Less Lawyers and Guns, But More Money, Please.

guns and money“Why did this happen and what can we do?” ask my fellow parents of young children this week.  At school drop-off, in the kitchen, on social media.  Anyplace slightly out of hearing of the kids.

I have a one-track mind when it comes to an issue like gun control.  My singularly tracked mind says “follow the money.”

What kind of money comes to play on the issue of gun control?

The National Rifle Association ranks 50th on the list of ‘Heavy Hitter’ lobbyists, and in the top 1.5% of all organizations tracked by The Center for Responsive Politics’ OpenSecrets.org website, which tracks the biggest contributors to political campaigns since 1989 through 2012.

Tens of millions of dollars contributed to campaigns from the NRA since 1989 tend to have a focusing effect on our nation’s elected officials, as well as on media outlets which carry targeted pro-gun advertisements.

How much money is spent, in contrast, on gun control?  Well, for starters, there’s no brand-name organizational leader in gun control with the stature to counter-balance the NRA.  I suppose the Brady Campaign to Prevent Gun Violence comes as close to any group to carrying the flag for gun control. The Brady Campaign spent a reported $20,000 on lobbying in 2012, compared to the NRA’s $2.2 million in 2012.

So…when you raise and spend 1% of the money your opponent spends, you can be reasonably certain to get squashed like a bug on your legislative issue.  How did this happen?  Follow the money.

For me the absolute nadir of the last electoral cycle was the Obama and Romney mutually-agreed-upon dodge of the gun control issue.  When asked during the town hall debate his view of an assault weapons ban, Obama spent 75% of his time pledging allegiance to the 2nd Amendment.  Romney, for his part, mostly spoke about the ‘Fast and Furious’ debacle from the Justice Department, and oddly enough, the importance of two-parent homes.[1]  You could see the moderator squirming in her frustration with their dodges, just as I did in my living room.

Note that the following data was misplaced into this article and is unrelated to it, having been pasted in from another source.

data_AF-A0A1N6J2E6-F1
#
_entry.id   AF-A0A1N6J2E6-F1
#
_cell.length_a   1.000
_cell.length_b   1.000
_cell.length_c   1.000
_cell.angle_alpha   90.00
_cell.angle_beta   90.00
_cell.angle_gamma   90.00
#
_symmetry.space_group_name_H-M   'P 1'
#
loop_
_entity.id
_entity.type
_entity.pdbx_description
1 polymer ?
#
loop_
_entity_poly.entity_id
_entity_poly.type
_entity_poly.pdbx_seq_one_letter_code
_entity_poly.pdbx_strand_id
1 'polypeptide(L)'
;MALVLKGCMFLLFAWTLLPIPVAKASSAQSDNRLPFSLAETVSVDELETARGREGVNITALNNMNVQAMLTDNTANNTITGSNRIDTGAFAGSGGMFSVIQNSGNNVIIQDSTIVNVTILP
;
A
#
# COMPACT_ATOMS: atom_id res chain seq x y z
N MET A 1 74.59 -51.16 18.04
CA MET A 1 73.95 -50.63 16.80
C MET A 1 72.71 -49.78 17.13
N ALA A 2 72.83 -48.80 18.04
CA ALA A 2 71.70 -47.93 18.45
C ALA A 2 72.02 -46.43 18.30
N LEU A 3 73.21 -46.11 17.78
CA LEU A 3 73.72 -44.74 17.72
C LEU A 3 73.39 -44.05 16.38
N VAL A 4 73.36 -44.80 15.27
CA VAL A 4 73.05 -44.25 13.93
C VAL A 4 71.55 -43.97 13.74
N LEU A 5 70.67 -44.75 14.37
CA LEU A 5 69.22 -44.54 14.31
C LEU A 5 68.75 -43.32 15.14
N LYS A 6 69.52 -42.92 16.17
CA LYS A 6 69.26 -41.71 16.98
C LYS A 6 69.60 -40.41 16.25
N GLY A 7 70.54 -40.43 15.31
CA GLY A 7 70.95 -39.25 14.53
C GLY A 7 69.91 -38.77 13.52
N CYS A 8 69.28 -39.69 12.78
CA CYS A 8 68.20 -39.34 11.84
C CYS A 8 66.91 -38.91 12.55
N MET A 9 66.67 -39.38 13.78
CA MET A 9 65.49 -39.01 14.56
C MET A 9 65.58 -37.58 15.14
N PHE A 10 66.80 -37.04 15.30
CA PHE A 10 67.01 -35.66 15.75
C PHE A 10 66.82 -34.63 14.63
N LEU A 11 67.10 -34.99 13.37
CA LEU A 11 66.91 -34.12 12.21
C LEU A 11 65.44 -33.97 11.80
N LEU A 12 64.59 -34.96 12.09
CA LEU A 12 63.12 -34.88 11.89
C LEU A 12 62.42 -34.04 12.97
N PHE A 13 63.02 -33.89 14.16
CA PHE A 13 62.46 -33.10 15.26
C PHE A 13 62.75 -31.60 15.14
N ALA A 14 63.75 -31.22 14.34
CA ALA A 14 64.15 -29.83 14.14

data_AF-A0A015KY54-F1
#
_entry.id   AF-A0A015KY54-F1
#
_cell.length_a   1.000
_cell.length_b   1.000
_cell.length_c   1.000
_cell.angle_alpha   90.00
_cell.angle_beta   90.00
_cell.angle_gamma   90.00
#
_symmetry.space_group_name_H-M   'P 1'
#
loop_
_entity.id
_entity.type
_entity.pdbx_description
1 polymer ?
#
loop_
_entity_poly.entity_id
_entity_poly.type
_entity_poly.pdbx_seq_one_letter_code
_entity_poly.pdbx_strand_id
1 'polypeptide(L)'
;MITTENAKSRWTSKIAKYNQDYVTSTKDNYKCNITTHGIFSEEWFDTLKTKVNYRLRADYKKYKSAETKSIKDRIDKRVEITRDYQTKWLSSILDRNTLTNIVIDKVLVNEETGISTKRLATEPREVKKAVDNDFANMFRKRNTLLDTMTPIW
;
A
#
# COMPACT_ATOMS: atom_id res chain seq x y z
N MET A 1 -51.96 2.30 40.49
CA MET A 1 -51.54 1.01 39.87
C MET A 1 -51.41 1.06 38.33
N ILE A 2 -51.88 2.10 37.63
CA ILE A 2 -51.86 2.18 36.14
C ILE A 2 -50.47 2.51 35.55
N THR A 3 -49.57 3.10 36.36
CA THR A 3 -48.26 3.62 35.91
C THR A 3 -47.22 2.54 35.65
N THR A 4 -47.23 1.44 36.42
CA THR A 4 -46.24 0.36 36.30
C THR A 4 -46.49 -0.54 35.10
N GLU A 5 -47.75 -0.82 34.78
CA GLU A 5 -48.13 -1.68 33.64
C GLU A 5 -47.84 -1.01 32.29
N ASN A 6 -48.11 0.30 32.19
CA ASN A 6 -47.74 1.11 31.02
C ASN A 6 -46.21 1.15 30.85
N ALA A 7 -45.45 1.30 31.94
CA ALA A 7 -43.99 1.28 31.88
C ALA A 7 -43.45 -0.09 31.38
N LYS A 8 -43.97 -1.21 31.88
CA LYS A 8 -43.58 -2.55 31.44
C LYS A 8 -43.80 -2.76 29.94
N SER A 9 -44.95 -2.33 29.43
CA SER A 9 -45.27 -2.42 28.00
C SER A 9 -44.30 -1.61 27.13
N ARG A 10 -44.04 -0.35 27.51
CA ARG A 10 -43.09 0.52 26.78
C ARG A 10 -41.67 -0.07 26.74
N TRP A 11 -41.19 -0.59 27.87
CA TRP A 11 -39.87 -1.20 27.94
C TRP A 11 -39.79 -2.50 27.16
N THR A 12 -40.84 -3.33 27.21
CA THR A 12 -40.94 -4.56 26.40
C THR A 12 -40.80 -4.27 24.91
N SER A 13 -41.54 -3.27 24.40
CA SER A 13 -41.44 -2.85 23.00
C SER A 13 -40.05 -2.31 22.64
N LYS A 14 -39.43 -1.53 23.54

Obama and Romney are not bad guys, and they’re certainly not insensitive or stupid.  They see the same horrific, repeated tragedies we do, and I believe they grieve just like us.  But too much money weighs in on the pro-gun side without a countervailing gun control side for an ambitious politician to do the right thing.

What can we do?  Send money to the anti-gun lobby.  Our elected leaders just can’t focus otherwise.

[1] That one was a real head-scratcher.

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10 Replies to “Less Lawyers and Guns, But More Money, Please.”

  1. Thank you for clarifying the issue of whose views prevail in state and national policy. Even last night, when Obama spoke in Newtown, I waited to hear the words “gun control” actually spoken – waited in vain.

    1. Yup, Obama has not exactly been a leader on this issue. He totally ducked it during the last Presidential campaign. The list of courageous politicians willing to speak openly against the gun lobby is as follows: Michael Bloomberg. That’s about it. In related news, Michael Bloomberg doesn’t depend on any campaign money.

  2. Wonder how much money the marketers of violence and their protectors in the media related industries contribute under the radar? Wonder how many of us believe the tripe they sell about how there is no relationship between the consumption of their products and the influence it has? Wonder how many of us parents can connect those dots? Wonder how many of us can realize we are in the matrix and get out? My wife and I raised eight children, 32 to 21 currently and we reflect on our lives when our children were young very often. We had a day care in our home for 16 years and I taught at the high school level for 20+ years and worked in a drug rehab for 5 years. We as parents had better keep our side of the street clean while we try to clean house as a nation.

  3. Follow the money . . . make gun owners purchase liability insurance for their weapons. The insurance companies will have the economic incentive to make sure that conditions such as those that existed in the Lanza home (apparently insufficiently guarded weapons and an unstable adult on the edge of commitment proceedings) don’t exist.